I like doing procedural generation. I also like 3D. I'm making this thread so that other people that like procedural generation and 3D can share their stuff. I'll start :)
Here's some terrain generation!
Very interesting! Can you go into more detail on how the height of the map was determined, since cellular automata is in 2d? Did I miss something in the explanation?
Hi Travis. Thanks for the kind words, but unfortunately you didn't miss anything, we just ran out of time to explain the mountains part. However it is luckily quite simple. You basically go through the list of active tiles on the first layer and if an active tile has 8 neighbours alive, then you build a tile one block above it. You then repeat this step until you have several layers :)
Cool, I've had that idea for a while - play spyro as a kid by any chance?
Will be posting tonight, I love procedural stuff :')
Thanks, that was meant to be some kind of retro shader - you can adjust the "blockiness" in the editor. Basically it picks the closest color to a limited set of colors with a kind of random dither.
I wanted to make some kind of crappy 8 bit/CGA no Man's sky but - funnily enough - as it turns out making procedurally generated universes with physics that aren't completely broken is rather difficult. I did make a star that looked OK, might post that at some point
Some really awesome stuff there dude!
You know, even though you were disappointed with it, I liked it. The whole procedural 3D maze thing was interesting to me. Good work! :D
Thank you, that's very kind! One of these days I might just have to do a more complete demo based on the same concept. Hopefully even with actual 3D gameplay, but that's trickier to devise, especially if turn-based. So, no promises.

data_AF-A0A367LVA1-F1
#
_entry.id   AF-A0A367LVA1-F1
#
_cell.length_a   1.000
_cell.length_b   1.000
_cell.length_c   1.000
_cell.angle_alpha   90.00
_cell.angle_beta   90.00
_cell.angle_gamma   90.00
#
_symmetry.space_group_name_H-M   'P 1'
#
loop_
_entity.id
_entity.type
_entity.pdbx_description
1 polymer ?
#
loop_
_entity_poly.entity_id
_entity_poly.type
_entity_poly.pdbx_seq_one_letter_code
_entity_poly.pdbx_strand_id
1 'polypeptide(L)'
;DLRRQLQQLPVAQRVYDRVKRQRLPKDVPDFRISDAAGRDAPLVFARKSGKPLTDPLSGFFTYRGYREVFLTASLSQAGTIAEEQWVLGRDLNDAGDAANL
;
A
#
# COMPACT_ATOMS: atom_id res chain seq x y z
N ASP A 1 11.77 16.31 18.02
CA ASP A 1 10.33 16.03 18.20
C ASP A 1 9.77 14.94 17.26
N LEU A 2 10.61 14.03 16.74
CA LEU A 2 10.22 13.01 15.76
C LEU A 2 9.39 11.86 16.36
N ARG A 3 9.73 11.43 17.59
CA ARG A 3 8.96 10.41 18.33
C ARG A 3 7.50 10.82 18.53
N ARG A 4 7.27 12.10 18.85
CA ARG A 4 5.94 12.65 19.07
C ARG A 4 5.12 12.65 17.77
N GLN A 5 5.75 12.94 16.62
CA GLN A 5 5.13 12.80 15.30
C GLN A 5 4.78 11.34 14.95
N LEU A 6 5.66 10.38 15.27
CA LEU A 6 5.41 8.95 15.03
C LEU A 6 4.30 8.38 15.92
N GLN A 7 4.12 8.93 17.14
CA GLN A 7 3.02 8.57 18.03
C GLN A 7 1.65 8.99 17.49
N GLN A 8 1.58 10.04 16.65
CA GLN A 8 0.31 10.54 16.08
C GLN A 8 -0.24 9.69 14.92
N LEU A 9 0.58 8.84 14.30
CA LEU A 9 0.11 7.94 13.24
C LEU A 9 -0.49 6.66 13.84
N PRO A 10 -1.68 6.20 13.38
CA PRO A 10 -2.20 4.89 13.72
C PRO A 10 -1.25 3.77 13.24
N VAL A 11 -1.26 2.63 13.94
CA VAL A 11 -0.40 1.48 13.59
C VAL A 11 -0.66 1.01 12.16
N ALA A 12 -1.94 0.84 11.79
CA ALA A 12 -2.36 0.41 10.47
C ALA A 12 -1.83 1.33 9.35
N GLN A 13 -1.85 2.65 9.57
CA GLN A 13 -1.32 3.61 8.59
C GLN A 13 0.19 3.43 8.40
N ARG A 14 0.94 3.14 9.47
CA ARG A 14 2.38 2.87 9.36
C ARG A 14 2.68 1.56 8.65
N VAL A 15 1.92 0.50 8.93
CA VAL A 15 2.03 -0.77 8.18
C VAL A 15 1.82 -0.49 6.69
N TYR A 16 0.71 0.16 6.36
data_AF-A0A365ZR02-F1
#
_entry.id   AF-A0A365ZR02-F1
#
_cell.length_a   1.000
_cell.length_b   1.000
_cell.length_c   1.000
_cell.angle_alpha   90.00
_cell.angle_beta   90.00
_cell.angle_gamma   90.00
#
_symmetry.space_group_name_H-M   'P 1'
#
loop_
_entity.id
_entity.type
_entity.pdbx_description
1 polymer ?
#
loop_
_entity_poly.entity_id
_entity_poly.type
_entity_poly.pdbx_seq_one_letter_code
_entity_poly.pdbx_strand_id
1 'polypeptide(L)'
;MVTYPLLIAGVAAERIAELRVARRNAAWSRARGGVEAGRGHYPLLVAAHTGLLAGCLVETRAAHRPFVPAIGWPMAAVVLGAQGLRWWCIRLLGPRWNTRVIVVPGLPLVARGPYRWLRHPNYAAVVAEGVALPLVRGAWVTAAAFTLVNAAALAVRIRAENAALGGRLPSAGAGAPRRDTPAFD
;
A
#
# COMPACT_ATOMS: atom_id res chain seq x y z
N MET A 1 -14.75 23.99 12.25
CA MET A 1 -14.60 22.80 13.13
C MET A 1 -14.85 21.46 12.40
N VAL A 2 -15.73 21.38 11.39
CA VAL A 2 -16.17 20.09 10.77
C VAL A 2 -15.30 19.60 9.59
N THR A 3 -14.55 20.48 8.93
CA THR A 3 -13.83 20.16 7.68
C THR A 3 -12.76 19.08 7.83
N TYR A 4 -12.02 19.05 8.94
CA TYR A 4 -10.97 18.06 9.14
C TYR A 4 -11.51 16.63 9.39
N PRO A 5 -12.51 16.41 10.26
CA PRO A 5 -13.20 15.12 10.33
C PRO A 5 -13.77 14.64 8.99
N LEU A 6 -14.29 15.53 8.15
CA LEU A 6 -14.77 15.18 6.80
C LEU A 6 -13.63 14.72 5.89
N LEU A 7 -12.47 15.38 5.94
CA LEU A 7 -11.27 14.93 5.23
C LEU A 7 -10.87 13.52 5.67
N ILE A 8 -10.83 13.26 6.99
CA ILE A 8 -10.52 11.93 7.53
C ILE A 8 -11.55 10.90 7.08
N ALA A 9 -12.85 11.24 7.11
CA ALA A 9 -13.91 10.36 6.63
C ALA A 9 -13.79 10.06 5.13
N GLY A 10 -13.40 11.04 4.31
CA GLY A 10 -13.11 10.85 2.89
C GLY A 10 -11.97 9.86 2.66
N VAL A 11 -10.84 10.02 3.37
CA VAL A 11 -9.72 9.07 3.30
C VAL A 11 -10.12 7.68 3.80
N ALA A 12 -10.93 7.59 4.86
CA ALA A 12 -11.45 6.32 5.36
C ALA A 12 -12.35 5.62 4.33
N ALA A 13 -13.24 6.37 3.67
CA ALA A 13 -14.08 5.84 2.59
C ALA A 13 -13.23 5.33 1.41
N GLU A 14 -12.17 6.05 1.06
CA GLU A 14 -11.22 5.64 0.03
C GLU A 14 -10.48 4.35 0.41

Wow! First of all, what a great concept for a game! Secondly, really cool generation. Thanks for sharing :D
Hm. That's a tough question, because there's so many different directions you can go with procedural generation!
A good place to start, I believe, is the PCG (Procedural Content Generation) Wiki (http://pcg.wikidot.com/). Here you can browse and gain a cursory sense of the different areas that procedural generation covers.
After you've identified an area that you like, I'd recommend diving into academic papers, blog and forum posts, and especially look at games that utilize procedural generation. Then start fiddling around in Unity or whatever. That's how I did it.
Here's some procedural generation stuff I've used in the past.
http://tinysubversions.com/spelunkyGen/ - Spelunky procedural generation
http://philipgalanter.com/generative_art/wiki/inde... - For creating tree-like stuff
http://jayelinda.com/modelling-by-numbers-part-1a/ - Procedural 3D meshes in Unity (my favorite tutorial for proc gen)
There's a lot more, obviously, and if you have an interest in a certain field than I can potentially point you in a good direction. But that's my advice for getting started.